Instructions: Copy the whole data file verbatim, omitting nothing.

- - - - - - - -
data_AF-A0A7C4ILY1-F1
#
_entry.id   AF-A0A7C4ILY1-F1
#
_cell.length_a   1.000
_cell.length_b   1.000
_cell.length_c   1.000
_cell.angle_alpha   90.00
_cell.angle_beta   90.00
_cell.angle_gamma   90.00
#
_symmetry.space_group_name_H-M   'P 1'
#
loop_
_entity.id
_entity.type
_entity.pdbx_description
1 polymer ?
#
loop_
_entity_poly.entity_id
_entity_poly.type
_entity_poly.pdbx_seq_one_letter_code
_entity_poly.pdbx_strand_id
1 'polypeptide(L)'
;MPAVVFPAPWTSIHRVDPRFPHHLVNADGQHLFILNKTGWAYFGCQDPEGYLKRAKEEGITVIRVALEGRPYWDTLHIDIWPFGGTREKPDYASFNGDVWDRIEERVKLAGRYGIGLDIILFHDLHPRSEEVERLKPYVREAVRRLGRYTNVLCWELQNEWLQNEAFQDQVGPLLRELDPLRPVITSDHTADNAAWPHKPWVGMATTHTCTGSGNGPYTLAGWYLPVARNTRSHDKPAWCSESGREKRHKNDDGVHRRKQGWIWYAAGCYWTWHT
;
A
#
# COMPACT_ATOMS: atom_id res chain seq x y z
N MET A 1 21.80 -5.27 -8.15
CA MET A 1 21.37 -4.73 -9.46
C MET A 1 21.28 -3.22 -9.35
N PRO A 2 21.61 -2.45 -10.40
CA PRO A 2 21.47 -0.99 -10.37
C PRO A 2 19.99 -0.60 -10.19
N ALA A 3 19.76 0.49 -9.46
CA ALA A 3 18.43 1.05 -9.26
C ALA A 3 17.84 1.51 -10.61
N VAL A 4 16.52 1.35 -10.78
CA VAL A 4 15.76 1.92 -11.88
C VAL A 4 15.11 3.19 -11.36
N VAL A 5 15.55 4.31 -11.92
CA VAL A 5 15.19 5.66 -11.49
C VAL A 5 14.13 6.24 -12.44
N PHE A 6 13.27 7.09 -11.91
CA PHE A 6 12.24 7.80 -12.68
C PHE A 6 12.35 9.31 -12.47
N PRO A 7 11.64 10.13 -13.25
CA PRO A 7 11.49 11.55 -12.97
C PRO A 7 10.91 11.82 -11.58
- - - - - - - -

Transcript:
data_AF-A0A7C4ILY1-F1
#
_entry.id   AF-A0A7C4ILY1-F1
#
_cell.length_a   1.000
_cell.length_b   1.000
_cell.length_c   1.000
_cell.angle_alpha   90.00
_cell.angle_beta   90.00
_cell.angle_gamma   90.00
#
_symmetry.space_group_name_H-M   'P 1'
#
loop_
_entity.id
_entity.type
_entity.pdbx_description
1 polymer ?
#
loop_
_entity_poly.entity_id
_entity_poly.type
_entity_poly.pdbx_seq_one_letter_code
_entity_poly.pdbx_strand_id
1 'polypeptide(L)'
;MPAVVFPAPWTSIHRVDPRFPHHLVNADGQHLFILNKTGWAYFGCQDPEGYLKRAKEEGITVIRVALEGRPYWDTLHIDIWPFGGTREKPDYASFNGDVWDRIEERVKLAGRYGIGLDIILFHDLHPRSEEVERLKPYVREAVRRLGRYTNVLCWELQNEWLQNEAFQDQVGPLLRELDPLRPVITSDHTADNAAWPHKPWVGMATTHTCTGSGNGPYTLAGWYLPVARNTRSHDKPAWCSESGREKRHKNDDGVHRRKQGWIWYAAGCYWTWHT
;
A
#
# COMPACT_ATOMS: atom_id res chain seq x y z
N MET A 1 21.80 -5.27 -8.15
CA MET A 1 21.37 -4.73 -9.46
C MET A 1 21.28 -3.22 -9.35
N PRO A 2 21.61 -2.45 -10.40
CA PRO A 2 21.47 -0.99 -10.37
C PRO A 2 19.99 -0.60 -10.19
N ALA A 3 19.76 0.49 -9.46
CA ALA A 3 18.43 1.05 -9.26
C ALA A 3 17.84 1.51 -10.61
N VAL A 4 16.52 1.35 -10.78
CA VAL A 4 15.76 1.92 -11.88
C VAL A 4 15.11 3.19 -11.36
N VAL A 5 15.55 4.31 -11.92
CA VAL A 5 15.19 5.66 -11.49
C VAL A 5 14.13 6.24 -12.44
N PHE A 6 13.27 7.09 -11.91
CA PHE A 6 12.24 7.80 -12.68
C PHE A 6 12.35 9.31 -12.47
N PRO A 7 11.64 10.13 -13.25
CA PRO A 7 11.49 11.55 -12.97
C PRO A 7 10.91 11.82 -11.58